This is second in a series on educating our children. The first in the series ended:
Concerning the education of our children, too many Christian churches and parents are too sure their method of education and choice of curriculum is right and adhere to it religiously. All of us need to get over our dogmatism about our own method of education and our own choice of curriculum. It’s unbelievably divisive in the church today.
What does make a difference? Always and forever? Without fail? Now and eternally?
The next post will take up that question.
Alright, this is that next post. Lists are fun, so here are ten things a dad can do for his children that will make a difference in their education.
- Read, then share what you read with your children and talk to them about it. If you’re lazy intellectually, your children will be worse. It is criminal for a Christian to be incurious. It doesn’t have to be theological. Fiction or sports articles are fine. Read, share, and talk.
- Eat together. After decades throwing money at our public education system, it turns out nothing worked. Researchers found the best predictor of educational success is children sitting at the table, eating with their families. Eat together and talk about whatever interests you and your children. Don’t stifle it by forcing an “improving conversation.” 1
- Discipline your children’s homework. Don’t let it eat your family life. Don’t let your children do any homework or studying on Sunday. When our eldest, Heather, was a student at Taylor University, she said she was the only student she knew who didn’t study on the Lord’s Day. We were proud of her. If your children have to study on Sunday in order to get an A, tell them Bs are fine.
- Discipline your children’s teachers. More than once I had to explain to my children’s teachers that I wasn’t going to allow school to get in the way of my son or daughter’s education. Since I was a pastor, it was hard to get away on weekends, so when I went on trips (say to presbytery meetings), I took my children out of school so they could go with me. One principal I went in to explain this to warned me Joseph would get a failing grade for every day he missed. I said that was fine. It was.
- Have your children memorize chapters of the Bible. Sure, memorizing verses can be good, but chapters are better. Something about the text in its context. Isaiah 53:6 needs to appear in the middle of verses 1-12. Trust me. Dad made me memorize Isaiah 53, so I know. It was a battle to get me to do it. It was worth it. Isaiah 53. Psalm 103. Psalm 1. John 15. All of James. John 1…
- Kill snobbery in your children. Don’t put it in them yourself, and don’t allow your wife to put it in them. They are not better or smarter than the guy who lives in a doublewide and does roofing. The only person they’re better and smarter than is the homeschooled smartypants who can’t think and has neither wisdom nor humility. Only humble people really think. The rest never stop burnishing their image, so they only catch factoids and prejudices.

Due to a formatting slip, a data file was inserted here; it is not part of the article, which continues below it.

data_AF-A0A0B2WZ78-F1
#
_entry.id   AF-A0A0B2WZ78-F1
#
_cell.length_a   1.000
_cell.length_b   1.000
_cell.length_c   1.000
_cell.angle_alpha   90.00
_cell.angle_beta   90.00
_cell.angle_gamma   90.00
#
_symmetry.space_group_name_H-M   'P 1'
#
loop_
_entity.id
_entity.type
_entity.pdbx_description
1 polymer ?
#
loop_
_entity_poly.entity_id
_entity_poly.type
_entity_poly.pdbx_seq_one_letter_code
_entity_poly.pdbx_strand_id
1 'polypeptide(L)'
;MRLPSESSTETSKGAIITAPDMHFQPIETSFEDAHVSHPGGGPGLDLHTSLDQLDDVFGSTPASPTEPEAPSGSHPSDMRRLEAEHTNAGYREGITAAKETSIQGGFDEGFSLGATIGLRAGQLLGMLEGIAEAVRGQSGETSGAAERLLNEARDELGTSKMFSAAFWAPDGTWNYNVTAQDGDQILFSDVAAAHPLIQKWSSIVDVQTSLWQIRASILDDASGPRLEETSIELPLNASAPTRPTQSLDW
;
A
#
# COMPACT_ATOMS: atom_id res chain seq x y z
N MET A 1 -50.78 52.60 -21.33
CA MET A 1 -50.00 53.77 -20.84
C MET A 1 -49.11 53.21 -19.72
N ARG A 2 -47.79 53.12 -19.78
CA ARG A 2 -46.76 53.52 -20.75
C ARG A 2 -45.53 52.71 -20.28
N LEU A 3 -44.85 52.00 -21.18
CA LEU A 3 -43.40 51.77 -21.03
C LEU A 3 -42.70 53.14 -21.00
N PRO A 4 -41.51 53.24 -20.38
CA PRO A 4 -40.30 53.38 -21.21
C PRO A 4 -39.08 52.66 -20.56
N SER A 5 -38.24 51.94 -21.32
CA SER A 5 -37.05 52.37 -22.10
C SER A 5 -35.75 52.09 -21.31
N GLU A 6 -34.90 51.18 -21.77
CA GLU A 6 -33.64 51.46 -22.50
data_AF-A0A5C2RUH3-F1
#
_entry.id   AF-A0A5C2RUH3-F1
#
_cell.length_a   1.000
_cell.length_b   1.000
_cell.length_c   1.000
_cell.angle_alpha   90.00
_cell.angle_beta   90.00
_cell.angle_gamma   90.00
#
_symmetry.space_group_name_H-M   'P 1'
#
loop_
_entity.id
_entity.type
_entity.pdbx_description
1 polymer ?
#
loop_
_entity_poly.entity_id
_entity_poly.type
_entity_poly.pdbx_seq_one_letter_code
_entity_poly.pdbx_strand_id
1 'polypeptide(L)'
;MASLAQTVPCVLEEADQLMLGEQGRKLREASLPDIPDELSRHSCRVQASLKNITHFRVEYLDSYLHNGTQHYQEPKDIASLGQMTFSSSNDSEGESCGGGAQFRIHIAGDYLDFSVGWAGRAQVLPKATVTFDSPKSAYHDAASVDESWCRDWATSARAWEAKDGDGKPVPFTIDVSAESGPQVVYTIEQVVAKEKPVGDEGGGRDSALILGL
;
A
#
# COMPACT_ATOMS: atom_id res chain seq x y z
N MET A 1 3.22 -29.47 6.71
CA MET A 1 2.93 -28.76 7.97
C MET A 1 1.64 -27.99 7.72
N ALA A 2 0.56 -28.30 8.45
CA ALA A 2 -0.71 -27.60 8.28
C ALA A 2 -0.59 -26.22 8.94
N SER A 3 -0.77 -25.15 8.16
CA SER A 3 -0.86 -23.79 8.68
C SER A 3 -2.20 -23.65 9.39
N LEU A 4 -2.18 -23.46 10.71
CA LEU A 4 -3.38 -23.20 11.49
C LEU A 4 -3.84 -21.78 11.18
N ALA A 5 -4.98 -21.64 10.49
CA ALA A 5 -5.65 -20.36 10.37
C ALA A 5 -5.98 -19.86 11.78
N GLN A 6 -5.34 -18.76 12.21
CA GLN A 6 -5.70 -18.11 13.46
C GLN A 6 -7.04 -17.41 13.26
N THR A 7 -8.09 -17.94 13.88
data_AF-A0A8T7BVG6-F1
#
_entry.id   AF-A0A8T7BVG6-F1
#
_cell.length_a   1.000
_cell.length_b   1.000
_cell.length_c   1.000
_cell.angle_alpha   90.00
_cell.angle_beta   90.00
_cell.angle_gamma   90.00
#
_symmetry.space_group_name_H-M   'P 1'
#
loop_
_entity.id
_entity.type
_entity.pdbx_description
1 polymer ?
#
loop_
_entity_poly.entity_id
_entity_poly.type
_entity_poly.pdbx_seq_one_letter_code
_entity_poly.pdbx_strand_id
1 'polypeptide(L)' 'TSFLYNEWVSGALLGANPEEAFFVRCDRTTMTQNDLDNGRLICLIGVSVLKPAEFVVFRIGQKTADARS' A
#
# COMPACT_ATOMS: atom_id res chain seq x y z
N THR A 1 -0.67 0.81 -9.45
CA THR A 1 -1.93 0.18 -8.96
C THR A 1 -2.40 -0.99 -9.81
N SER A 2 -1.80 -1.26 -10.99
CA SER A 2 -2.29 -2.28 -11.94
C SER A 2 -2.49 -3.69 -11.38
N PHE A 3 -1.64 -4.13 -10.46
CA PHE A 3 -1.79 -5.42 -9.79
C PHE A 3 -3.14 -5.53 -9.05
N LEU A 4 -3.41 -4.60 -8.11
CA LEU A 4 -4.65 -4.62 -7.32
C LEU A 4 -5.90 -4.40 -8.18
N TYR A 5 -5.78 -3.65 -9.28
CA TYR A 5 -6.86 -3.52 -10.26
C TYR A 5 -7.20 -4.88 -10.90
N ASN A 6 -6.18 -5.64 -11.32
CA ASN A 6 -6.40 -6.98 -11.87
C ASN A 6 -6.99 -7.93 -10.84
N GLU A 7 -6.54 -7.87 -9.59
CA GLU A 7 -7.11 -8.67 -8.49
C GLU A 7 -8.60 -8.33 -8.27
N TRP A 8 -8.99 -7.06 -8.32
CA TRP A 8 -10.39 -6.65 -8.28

- Don’t take your children to the Creation Museum. Take them to the Museum of Natural History and argue with the exhibit propaganda. If you don’t force your children to argue with you at the dinner table, they’ll be sitting ducks for the intellectual posers who are about to get them when they arrive at the university.
- Don’t send your children to any safe school or college. There are no safe schools or colleges, so if you think you’ve found one, you’re wrong. God is safe. God’s Word is safe. The Church is safe. Christian schools and colleges are not safe. The problem with Christian colleges is you don’t know who the enemy is, whereas at secular schools, it’s clear. Dad said this after decades of campus ministry, and he’s still right.
- Speaking of the Church being safe, never ever ever undercut the church’s discipline of your children. Not when she’s right and not when she’s wrong. Today, discipline is a rare, and therefore precious, commodity. Do nothing to discourage it! The most important thing for your children to learn is that the Church is their Mother and they must feed at her breast until God calls them home. (If you’re wondering, I’m only quoting John Calvin.)
- Submit to the Church’s admonitions, exhortations, and rebukes as you raise your children. If your children see you honor God’s authority over you, they will honor your authority over them. The most challenging time is when your children are finishing school and getting ready to go off on their own. As they become adults, you and your wife will be humiliated by their failures and sins. Your work is nearly complete and its quality will be visible for all to see. Precisely then, love the Church as it loves you and your sons and daughters. Sure, it’s painful, but we’ve all been through it. You want your children to continue to grow in the nurture and admonition of the Lord, right? Then love the church’s discipline and show your love for it to your precious children. This is the first and last step in educating your children.
|↑1||”For school-age youngsters, regular mealtime is an even more powerful predictor of high achievement scores than time spent in school, doing homework, playing sports or doing art.” (Anne Fishel, “The Most Important Thing You Can Do with Your Kids,” Washington Post, January 12, 2015.)|